2003-11-27 / Front Page

"Most Beautiful School in Brooklyn" Formally Opens

By Neil S. Friedman
"Most Beautiful School in Brooklyn" Formally Opens

"Most Beautiful School in Brooklyn" Formally Opens

Participatiing in the ribbon cutting are (l. to r.) State Senator John Sampson, Region 6 Superintendent Gloria Buckery, Principal Joel Rubenfeld, Community School Board 18 President Abu Abu and Assemblyman Nick Perry.                           Photos by Neil S. FriedmanParticipatiing in the ribbon cutting are (l. to r.) State Senator John Sampson, Region 6 Superintendent Gloria Buckery, Principal Joel Rubenfeld, Community School Board 18 President Abu Abu and Assemblyman Nick Perry. Photos by Neil S. Friedman

By Neil S. Friedman

More than ten weeks after the newest school in Brooklyn opened it doors to students and staff, a ribbon-cutting ceremony was held to formally acknowledge Public School/ Intermediate School 66.

Over 100 hundred guests, including elected officials, parents and educators, gathered in the school’s first-floor auditorium as Principal Joel Rubenfeld hosted an indoor ceremony before cutting a red ribbon at the school’s entrance.

Among the dozen guest speakers were Region 6 Superintendent Gloria Buckery, Brooklyn Borough President Marty Markowitz, State Senator John Sampson, Assembly Members Frank Seddio and Nick Perry, and District 18 School Board President Abu A.Q. Abu.


At dusk, the setting sun beams the various colors of this mural, above the entrance to P.S./I.S. 66 on East 96 Street, onto the floor inside the school.At dusk, the setting sun beams the various colors of this mural, above the entrance to P.S./I.S. 66 on East 96 Street, onto the floor inside the school.

Talking to the principal before the ceremony began, Markowitz said, "This is the most beautiful school in Brooklyn." Rubenfeld thanked him and smiled.

In his welcoming remarks, Rubenfeld said that one of the primary goals is "to teach or children to be good, productive citizens." He noted the variety of students attending the combined elementary and intermediate school — kindergarten through eighth grade — represent children who previously attended many of the district’s other 17 schools.

"The building is made up of mortar and bricks, but the heart and soul of our school are the students and staff," Rubenfeld said.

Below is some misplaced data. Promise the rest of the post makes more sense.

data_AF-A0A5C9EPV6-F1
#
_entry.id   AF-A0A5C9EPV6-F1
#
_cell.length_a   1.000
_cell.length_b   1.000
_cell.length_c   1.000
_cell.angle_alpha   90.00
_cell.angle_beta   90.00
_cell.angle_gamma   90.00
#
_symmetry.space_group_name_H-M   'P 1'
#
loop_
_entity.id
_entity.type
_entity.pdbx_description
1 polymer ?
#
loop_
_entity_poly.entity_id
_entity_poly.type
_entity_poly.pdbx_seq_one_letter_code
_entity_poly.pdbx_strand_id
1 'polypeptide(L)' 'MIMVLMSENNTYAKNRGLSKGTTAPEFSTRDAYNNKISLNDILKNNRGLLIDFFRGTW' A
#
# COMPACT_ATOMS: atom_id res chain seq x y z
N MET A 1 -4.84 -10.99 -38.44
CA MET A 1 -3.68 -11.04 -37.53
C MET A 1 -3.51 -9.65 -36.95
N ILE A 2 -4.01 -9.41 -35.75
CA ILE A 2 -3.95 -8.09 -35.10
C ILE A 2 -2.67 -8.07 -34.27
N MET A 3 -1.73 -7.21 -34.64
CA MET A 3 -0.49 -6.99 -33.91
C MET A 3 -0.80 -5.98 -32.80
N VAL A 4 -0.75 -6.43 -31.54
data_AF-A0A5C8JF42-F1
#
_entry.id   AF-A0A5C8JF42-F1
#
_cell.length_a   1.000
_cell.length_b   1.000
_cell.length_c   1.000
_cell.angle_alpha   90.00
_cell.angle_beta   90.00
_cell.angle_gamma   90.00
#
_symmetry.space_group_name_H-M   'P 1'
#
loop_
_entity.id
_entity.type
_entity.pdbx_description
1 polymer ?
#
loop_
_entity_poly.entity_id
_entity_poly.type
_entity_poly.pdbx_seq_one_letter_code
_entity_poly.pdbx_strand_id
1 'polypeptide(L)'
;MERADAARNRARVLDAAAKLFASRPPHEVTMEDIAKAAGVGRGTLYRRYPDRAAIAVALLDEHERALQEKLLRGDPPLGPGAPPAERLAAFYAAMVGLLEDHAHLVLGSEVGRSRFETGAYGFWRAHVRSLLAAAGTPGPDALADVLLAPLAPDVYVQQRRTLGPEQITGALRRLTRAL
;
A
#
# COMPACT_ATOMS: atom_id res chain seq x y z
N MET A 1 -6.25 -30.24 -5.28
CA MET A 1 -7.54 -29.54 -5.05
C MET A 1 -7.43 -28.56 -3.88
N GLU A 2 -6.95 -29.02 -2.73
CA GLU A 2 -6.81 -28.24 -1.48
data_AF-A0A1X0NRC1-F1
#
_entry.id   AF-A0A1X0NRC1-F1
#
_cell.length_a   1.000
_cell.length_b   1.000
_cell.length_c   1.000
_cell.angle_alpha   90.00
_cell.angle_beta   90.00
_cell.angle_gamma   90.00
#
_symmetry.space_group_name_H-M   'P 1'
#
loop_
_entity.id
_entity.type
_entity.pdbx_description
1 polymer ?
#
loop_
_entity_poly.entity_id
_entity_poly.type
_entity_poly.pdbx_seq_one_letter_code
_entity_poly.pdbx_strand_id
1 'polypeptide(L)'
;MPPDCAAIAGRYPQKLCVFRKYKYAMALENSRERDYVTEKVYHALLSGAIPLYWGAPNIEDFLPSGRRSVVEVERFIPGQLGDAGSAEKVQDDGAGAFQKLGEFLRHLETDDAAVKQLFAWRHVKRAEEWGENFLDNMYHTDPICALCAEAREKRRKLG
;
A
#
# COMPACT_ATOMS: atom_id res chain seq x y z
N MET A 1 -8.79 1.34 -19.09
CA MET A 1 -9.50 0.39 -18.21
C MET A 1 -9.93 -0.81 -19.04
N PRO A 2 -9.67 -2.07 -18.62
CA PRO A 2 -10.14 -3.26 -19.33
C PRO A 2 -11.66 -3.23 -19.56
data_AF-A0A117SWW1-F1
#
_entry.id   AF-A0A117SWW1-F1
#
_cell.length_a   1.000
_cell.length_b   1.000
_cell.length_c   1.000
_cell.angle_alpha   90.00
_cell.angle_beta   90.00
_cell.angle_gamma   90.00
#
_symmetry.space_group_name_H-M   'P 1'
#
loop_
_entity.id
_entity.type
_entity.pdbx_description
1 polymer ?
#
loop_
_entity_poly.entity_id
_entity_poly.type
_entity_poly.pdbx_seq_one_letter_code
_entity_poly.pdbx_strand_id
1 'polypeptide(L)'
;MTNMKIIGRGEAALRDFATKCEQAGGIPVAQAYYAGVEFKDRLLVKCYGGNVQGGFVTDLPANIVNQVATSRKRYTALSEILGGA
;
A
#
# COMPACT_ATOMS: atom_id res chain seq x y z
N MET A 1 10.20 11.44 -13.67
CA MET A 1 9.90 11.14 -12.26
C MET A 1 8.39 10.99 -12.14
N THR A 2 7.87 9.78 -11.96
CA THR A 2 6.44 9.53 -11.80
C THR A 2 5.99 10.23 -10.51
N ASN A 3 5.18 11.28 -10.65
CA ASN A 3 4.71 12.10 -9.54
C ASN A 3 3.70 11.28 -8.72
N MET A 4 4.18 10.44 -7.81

Markowitz stated, "My wish is that in the years to come every student in Brooklyn has the opportunity to attend a school like this."

Erica-Kim Sheriff, who heads the school’s Dance/Drama program, said she was glad to be at the school because "it has lots of things not available in other schools. This helps develop a sense of community and makes students and staff aware about maintaining its cleanliness and freshness."

Several students participating in the ceremony also echoed that outlook. One said that he looks forward to coming to the new school everyday, saying it makes him "feel good and makes me want to learn."

One of the highlights of the new school is a colorful glass mural over the entrance on East 93 Street. Artist Lee Bozgold, who said the idea for the design "was crystallized when the school’s Arts Coordinator handed him an official District 18 report during a visit to the unfinished building. I noticed the stationery included a logo of a lighthouse. As soon as I saw it, the rest just fell into place."

The heart of the mural is a beacon. Scenes of the seaside community, including a harbor and bungalows that used to dot the area, surround it.

The school, which opened on September 8, has a 480-student population. As students in the lower grades are promoted, the school will eventually reach its 900-student capacity.

The three-story, $50 million dollar state-of-the-art school at 845 East 96 Street, near Foster Avenue, is District 18’s first new school in 25 years. It provides 45 modern classrooms, a state-of-the-art computer-linked library, a science lab, a computer lab, a music and dance studio, an ultra-modern kitchen and cafeteria and gymnasium. On the grounds is an outdoor playground with a tennis court, a basketball court and a softball field.

In remembering the history of the site where P.S./I.S. 66 is erected, Assemblyman Seddio, who was raised in Canarsie, said, "This land was once a farm where vegetables grew. Now education is flourishing here."

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